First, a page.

Italy and Her Invaders


Thomas Hodgkin

Perennial Press

Italy and Her Invaders - Bookrepublic

Italy and Her Invaders


Thomas Hodgkin

Perennial Press


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            Pope Hadrian occupied the chair of St. Peter for twenty-three years, ten months, and seventeen days, a longer period than had fallen to the lot of any of  his predecessors, except the twenty-five years which tradition assigns to St. Peter himself. That part of his pontificate which still lies before us was, as far as Italy was concerned, a long and level space, not marked by any such striking events as those with which the preceding thirty years had been thickly studded, nor will it require to be considered in so much detail.
            Of course in Italy and all the western world the figure that loomed largest in the eyes of men was that of the great Austrasian, Charles, ‘King of the Franks and Lombards and Patrician of the Romans’. His intervention in the affairs of Italy was necessarily fitful and intermittent, for (as has been already said) he had hard tasks to perform north of the Alps, tasks which sometimes well-nigh over-strained even his marvellous energy, and more than once exhausted his long-enduring patience. A very brief outline of these transalpine labours of his will serve to indicate that which lay in the background of Italian history during this quarter of a century.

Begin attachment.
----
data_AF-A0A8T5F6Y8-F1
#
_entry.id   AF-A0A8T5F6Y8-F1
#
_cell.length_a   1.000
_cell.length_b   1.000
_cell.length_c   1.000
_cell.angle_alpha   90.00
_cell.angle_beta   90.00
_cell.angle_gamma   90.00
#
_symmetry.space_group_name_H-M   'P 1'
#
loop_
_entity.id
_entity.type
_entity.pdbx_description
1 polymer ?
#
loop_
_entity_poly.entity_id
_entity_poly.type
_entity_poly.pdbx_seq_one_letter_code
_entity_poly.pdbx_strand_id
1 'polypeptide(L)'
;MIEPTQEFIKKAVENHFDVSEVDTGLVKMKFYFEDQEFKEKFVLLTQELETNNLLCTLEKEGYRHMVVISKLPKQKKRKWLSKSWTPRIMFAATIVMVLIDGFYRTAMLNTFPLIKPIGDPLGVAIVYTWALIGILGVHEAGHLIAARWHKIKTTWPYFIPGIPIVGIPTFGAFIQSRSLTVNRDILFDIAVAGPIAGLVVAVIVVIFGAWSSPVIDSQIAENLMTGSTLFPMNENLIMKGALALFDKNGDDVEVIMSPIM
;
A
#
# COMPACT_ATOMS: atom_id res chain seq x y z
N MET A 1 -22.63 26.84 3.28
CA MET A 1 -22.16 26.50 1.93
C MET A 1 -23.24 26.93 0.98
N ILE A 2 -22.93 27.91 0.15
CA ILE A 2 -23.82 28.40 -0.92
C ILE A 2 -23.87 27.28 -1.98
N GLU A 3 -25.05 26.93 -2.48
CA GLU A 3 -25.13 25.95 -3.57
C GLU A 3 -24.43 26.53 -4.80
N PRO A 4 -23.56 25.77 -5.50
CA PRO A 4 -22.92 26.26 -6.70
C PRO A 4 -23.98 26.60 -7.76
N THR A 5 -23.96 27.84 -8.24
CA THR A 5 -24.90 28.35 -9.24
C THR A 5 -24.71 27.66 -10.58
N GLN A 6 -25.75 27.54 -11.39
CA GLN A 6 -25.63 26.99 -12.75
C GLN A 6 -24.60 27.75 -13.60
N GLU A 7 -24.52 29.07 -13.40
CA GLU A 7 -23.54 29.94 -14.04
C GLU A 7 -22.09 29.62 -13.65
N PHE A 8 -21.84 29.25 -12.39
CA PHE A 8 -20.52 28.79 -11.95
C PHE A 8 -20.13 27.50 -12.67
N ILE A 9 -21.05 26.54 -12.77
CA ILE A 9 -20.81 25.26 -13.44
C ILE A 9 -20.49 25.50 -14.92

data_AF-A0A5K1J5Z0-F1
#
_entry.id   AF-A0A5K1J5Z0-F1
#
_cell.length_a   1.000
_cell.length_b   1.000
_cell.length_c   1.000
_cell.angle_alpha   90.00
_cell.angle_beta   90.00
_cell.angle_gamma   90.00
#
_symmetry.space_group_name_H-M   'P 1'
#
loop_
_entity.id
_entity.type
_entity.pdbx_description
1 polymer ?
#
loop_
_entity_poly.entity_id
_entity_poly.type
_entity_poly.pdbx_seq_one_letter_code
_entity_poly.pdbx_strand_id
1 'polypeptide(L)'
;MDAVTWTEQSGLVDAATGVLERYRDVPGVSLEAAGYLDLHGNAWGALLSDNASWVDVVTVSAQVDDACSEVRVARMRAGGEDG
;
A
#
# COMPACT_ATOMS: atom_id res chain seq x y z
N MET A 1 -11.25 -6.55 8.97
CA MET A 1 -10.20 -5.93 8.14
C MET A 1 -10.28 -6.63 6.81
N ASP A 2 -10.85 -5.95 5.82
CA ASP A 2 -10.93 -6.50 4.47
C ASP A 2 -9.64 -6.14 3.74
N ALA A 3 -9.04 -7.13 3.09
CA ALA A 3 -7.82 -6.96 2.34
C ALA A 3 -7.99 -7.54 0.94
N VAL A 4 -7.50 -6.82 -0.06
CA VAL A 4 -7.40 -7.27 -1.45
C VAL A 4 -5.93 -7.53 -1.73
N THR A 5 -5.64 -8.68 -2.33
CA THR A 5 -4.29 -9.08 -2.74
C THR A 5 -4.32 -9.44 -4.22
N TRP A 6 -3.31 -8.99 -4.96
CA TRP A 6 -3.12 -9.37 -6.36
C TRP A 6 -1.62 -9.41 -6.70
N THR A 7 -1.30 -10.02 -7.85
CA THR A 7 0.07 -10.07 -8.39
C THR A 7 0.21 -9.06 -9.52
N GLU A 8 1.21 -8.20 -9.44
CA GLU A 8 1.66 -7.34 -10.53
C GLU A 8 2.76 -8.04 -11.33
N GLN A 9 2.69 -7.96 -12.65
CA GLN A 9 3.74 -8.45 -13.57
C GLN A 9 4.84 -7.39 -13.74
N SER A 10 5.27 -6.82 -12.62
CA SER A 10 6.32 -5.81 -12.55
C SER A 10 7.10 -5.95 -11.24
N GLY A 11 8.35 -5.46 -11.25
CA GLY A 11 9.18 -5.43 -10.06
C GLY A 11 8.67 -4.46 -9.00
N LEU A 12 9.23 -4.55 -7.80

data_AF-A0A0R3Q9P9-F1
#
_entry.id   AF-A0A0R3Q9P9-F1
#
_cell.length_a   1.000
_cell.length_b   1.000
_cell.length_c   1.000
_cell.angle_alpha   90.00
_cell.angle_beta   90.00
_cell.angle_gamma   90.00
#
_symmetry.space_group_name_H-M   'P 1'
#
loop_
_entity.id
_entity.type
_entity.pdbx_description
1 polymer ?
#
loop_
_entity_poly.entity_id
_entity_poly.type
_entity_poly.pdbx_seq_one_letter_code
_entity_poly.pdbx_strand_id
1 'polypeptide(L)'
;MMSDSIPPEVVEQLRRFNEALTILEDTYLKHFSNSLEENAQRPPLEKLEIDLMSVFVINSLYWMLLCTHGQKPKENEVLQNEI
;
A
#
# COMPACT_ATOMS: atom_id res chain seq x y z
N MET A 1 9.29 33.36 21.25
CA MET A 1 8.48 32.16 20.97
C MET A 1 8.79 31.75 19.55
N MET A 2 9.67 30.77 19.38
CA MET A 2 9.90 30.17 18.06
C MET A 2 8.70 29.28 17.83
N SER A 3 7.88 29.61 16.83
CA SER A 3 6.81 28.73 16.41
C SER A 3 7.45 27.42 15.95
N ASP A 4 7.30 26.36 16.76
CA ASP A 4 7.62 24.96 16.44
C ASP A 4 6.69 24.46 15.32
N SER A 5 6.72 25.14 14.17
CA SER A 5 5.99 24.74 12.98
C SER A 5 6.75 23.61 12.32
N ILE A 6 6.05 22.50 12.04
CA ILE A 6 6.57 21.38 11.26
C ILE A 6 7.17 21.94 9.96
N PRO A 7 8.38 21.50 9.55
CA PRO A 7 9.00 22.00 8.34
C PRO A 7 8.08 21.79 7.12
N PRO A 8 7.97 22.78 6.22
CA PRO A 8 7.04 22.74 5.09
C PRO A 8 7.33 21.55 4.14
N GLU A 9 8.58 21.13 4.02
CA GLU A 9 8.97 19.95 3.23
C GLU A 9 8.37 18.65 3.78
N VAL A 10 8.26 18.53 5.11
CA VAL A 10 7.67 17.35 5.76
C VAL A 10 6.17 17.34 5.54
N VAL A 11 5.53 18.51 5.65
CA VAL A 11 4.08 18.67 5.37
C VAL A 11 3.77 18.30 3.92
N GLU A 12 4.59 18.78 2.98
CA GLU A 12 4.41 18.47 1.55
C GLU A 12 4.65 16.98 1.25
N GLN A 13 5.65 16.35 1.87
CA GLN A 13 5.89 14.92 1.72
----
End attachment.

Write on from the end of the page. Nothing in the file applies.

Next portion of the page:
The great, the Herculean labour of Charles during all the central portion of his reign was his Thirty Years’ War for the subjugation of the Saxons. Subjugation, as Charles soon perceived, meant Christianization, and would not be accomplished without it. Christianization by moral and spiritual agencies was a slow process, too slow for the masterful Austrasian. There were therefore compulsory baptisms, fierce laws against obdurate heathens or relapsed converts, at last a terrible massacre. Then came great transportations of men, in the style of Sargon or Nebuchadnezzar; Saxons carried away into the heart of Frank-land; Frankish settlements planted in ravaged Saxonia. Thus at length, by harshest and least spiritual means, outward conformity to the religion which called itself Christianity was secured, and order reigned in Saxon-land.
            Eighteen campaigns were needed to accomplish the work which was not ended at the time of the death of Hadrian. I here only lightly touch on the chief crises of that deadly struggle...



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